The tartaric acid is a typical organic acid and for it may be substituted citric or lactic acid. The presence of H4 Ce(SO4)4 appears to add an increment of about 50 millivolts of voltage to the final cell, but the manner in which it functions in the process is not understood. For NaCl may be substituted another halide, as NH4 Cl. The HNO3 is optional.
Another solution which may be utilized in the dipping process is:
700 cc : Water
7 gm : Citric acid monohydrate
30 gm : NH4 Cl
3.5 gm : CuCl
As with the EXAMPLE I solution, another halide may be substituted for NH4 Cl.
A preferred solution employed in electroplating to form Cux S is:
700 cc : Water
3.9 gm : Citric acid monohydrate
2.0 gm : NH4 Cl
7.5 gm : Cupric acetate pentahydrate
The NH4 Cl may be omitted, but seems to improve the quality of the cells by a small factor. Plating is accomplished at a current density of 0.5 ma per cm2 for 2-5 minutes, with the CdS layer negative with respect to a copper anode.
700 cc : Water
10 gm : Cupric acetate pentahydrate
15 cc : Acetic acid (20%)
700 cc : Water
7 gm : Citric acid monohydrate
1.2 gm : NH4 Cl
5 gm : Cupric acetate pentahydrate
As indicated above, a combination of dipping and electroplating may be used in forming the Cux S layer. Alternatively, a suitable solution may be sprayed onto the CdS film to form the Cux S layer.
After the Cux S formation process is completed, a deposit of copper may be applied over the Cux S to a thickness of about 7,000 A and aluminum or another suitable metal is then coated over the copper to protect the copper from oxidation and from the effects of moisture and airborne impurities.
The present method can be employed with Nesa glass as the starting material, obviating the need for coating with SnOx, but Nesa glass has a sheet resistivity per square of about 50-75 ohms per square, whereas by our methods very low resistivity coatings may be produced, i.e., of the order of 1-20 ohms per square. The use of low resistivity coatings of SnOx increases the efficiency of the cell by decreasing the amount of energy which is lost in the SnOx.
Reference has been made hereinabove to the use of very intense ultraviolet light while spraying the cadmium sulphide forming solution. The precise intensity of the irradiation has not been measured, but four 150 watt ultraviolet lamps have been placed within a few inches of a small surface being sprayed, and the ultraviolet light found to be advantageous. If there is no irradiation during spraying, the cells sometimes have relatively lower outputs than occurs in the presence of intense ultraviolet light.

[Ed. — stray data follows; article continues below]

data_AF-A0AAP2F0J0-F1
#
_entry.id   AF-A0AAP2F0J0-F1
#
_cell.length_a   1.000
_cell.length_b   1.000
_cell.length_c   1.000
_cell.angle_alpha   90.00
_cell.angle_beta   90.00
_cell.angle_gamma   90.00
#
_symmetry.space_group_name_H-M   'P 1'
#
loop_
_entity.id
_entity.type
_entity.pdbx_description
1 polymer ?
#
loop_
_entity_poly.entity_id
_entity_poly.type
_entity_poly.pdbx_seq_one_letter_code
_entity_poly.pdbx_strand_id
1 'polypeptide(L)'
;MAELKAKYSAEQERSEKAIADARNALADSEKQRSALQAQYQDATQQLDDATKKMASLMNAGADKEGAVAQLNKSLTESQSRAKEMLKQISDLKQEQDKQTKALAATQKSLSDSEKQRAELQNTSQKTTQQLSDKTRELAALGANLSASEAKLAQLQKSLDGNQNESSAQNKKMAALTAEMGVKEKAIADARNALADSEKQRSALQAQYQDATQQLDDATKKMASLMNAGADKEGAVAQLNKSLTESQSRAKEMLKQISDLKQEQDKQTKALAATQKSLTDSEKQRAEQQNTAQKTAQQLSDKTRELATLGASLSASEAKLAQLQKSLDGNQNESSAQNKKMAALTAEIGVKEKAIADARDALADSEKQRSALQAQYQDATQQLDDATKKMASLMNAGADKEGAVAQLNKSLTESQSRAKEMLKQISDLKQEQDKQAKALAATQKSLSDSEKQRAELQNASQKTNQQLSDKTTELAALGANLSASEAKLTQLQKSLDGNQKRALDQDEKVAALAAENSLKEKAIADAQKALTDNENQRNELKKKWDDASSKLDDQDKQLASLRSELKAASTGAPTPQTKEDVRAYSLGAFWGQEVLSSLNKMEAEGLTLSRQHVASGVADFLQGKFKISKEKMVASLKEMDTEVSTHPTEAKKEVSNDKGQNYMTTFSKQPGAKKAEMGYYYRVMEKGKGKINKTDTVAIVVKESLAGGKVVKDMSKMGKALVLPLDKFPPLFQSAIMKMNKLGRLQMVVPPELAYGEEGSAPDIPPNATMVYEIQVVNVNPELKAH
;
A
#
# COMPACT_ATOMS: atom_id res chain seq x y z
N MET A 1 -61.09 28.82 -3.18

It also appears to be important to the process that the spraying occur by depositing droplets which are as uniform as possible. If the spray consists of many small and many large droplets, the very small droplets are evaporated by the intense heat, approximate to the exposed surface of the substrate, and only the larger droplets reach the substrate. This causes some wastage of CdS and it implies that the rate at which the spray is applied must take into account the nonuniformity of the droplets.
In accordance with the method of our parent application, supra, the glass substrate will be moving longitudinally along a trough or tank containing molten material, and the spray will occur by transverse passes across the substrate as the glass moves, so that the total quantity of spray reaching any given small area of the substrate will be uniform. The method allows for the fact that spray out of an air gun or out of an electrostatic spray gun does not have a uniform pattern.
After a cell is completed, including electrodes, it is heated to 400° F to 500° F.
The present cell is to be exposed to solar radiation via its glass substrate. The presence of Al in the CdS does not materially affect transparency of the CdS-Al layer, so that the heterojunction may be exposed via the latter.
It should be understood that various changes, modifications, and variations in the structure and function of the present invention may be effected without departing from the spirit and scope of the present invention as defined in the appended claims.
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|U.S. Classification||136/258, 205/159, 427/427, 427/595, 438/86, 257/43, 136/260, 205/162, 427/419.7, 427/314, 427/75, 427/74, 257/E31.006, 427/430.1, 427/377, 438/95, 427/76, 427/329, 205/85, 427/553|
|International Classification||H01L31/0336, C03C17/34, H01L21/00|
|Cooperative Classification||H01L31/03365, H01L21/00, C03C17/347, Y02E10/50|
|European Classification||H01L21/00, H01L31/0336B, C03C17/34D4H2|
|Jun 26, 1984||AS||Assignment|
Owner name: GENERAL ELECTRIC CREDIT CORPORATION, A NY CORP., C
Free format text: SECURITY INTEREST;ASSIGNOR:BPO ACQUISITION CORP., A DE CORP;REEL/FRAME:004297/0802
Effective date: 19840615
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Free format text: SECURITY INTEREST;ASSIGNOR:BPO ACQUISITION CORP. A CORP OF DE;REEL/FRAME:004298/0001
Effective date: 19840615
|Oct 19, 1984||AS||Assignment|
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Free format text: ASSIGNMENT OF ASSIGNORS INTEREST.;ASSIGNOR:LOF REALTY, INC.;REEL/FRAME:004324/0501
Effective date: 19840410
|Nov 8, 1990||AS||Assignment|
Owner name: TOTAL ENERGIE DEVELOPPMENT + MESSERSCHMITT-BOLKOW-
Free format text: ASSIGNMENT OF ASSIGNORS INTEREST.;ASSIGNOR:TOTAL ENERGIE DEVELOPMENT;REEL/FRAME:005503/0019
Effective date: 19901002
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Free format text: ASSIGNMENT OF ASSIGNORS INTEREST.;ASSIGNOR:TOTAL ENERGIE DEVELOPMENT + MESSERSCHMITT-BOLKOW BLOHMGMBH & CO. PHOTOTRONICS O.H.G.;REEL/FRAME:006483/0409
Effective date: 19930331